How to extend virtual drive VMDK and physical volume (PV) in a LVM setup on a VMware VM

Written by - 0 comments

Published on - last updated on August 12th 2022 - Listed in Linux VMware

The VM's (running in a VMware environment) serving as LXC hosts were setup in a way, that the volume group (VG) used for the containers, can be dynamically increased without downtime.

The classical and probably easiest way is to just add a new virtual disk to the VM, create a new PV of this disk and use vgextend to add the new PV to the existing VG.

A nicer method however (as least imho) is to increase the already used virtual disk/PV.

Before I touched anything, I check the current available space of the volume group:

# vgs
  VG       #PV #LV #SN Attr   VSize  VFree
  vglxc      1   5   0 wz--n- 50.00g 6.00g
  vgsystem   1   2   0 wz--n-  6.61g 1.96g

1. In VMware you can increase the disk's size given you still have space in your volume.

2. You need to tell your OS (in my case this is an Ubuntu 14.04) that it should rescan the scsi bus to detect changes. As I increased the second disk, which is seen as /dev/sdb, I launched the following command for this:

# echo 1 > /sys/class/scsi_device/2\:0\:1\:0/device/rescan

If you're not sure which device number your disk (again, in my case sdb) has, you can easily double-check the device path by checking /sys/block/sdb/device:

# ll /sys/block/sdb/device
lrwxrwxrwx 1 root root 0 Jun 28 09:08 /sys/block/sdb/device -> ../../../2:0:1:0

On newer Linux releases you can directly run the echo command using the drive (sdb for example) :

# echo 1 > /sys/class/scsi_device/2\:0\:1\:0/device/rescan

3. Now you can verify that your disk's size has changed. In dmesg you should see a message that the drive size has changed:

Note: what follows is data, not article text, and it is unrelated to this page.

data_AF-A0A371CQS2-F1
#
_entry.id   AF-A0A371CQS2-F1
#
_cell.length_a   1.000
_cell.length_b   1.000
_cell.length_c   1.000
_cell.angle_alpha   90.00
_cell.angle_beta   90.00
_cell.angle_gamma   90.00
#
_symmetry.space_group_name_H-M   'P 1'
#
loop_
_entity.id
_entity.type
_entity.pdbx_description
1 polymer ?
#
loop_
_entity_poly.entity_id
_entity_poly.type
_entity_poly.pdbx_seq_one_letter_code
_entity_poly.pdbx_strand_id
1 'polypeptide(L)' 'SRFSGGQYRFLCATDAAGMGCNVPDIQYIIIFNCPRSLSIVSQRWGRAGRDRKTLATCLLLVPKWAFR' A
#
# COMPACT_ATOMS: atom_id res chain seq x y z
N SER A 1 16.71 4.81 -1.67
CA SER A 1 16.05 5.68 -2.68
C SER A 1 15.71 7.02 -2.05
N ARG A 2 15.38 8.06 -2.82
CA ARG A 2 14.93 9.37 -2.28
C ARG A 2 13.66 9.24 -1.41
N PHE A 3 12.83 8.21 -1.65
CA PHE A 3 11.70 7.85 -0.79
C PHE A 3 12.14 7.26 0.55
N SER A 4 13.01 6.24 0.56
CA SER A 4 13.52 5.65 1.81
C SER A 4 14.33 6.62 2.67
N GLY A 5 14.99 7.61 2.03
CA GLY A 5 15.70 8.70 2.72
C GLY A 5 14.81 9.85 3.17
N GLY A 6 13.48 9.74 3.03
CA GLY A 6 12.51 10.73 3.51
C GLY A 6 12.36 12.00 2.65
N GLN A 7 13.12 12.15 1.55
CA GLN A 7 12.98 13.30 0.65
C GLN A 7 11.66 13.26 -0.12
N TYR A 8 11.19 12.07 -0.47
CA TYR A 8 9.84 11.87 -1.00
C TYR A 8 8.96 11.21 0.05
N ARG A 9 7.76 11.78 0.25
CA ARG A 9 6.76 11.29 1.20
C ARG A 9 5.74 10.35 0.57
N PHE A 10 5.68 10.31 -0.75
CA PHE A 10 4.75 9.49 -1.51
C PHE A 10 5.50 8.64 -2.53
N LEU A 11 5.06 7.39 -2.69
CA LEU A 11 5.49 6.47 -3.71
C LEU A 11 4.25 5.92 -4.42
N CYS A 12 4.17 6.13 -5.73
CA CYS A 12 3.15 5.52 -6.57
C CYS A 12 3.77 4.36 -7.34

# dmesg | tail
[17006442.602408] sdb: detected capacity change from 53687091200 to 75161927680

You can also use fdisk to check the new capacity:

# fdisk -l /dev/sdb

Disk /dev/sdb: 75.2 GB, 75161927680 bytes
255 heads, 63 sectors/track, 9137 cylinders, total 146800640 sectors
Units = sectors of 1 * 512 = 512 bytes
Sector size (logical/physical): 512 bytes / 512 bytes
I/O size (minimum/optimal): 512 bytes / 512 bytes
Disk identifier: 0x00000000

(the previous size was 25GB smaller)

4. All you need to do now is to tell LVM that the physical volume (ergo /dev/sdb in my case) has changed it's size:

# pvresize /dev/sdb
  Physical volume "/dev/sdb" changed
  1 physical volume(s) resized / 0 physical volume(s) not resized

5. Check again the available space of the volume group:

# vgs
  VG       #PV #LV #SN Attr   VSize  VFree
  vglxc      1   5   0 wz--n- 70.00g 26.00g
  vgsystem   1   2   0 wz--n-  6.61g  1.96g

VoilĂ . 20GB more space for my containers without downtime.

Note: This only works "that easy" because I used the complete disk /dev/sdb as physical volume. There are no partitions on sdb. If there were, it would be mandatory to increase the partition as well.

Add a comment

Show form to leave a comment

Comments (newest first)

No comments yet.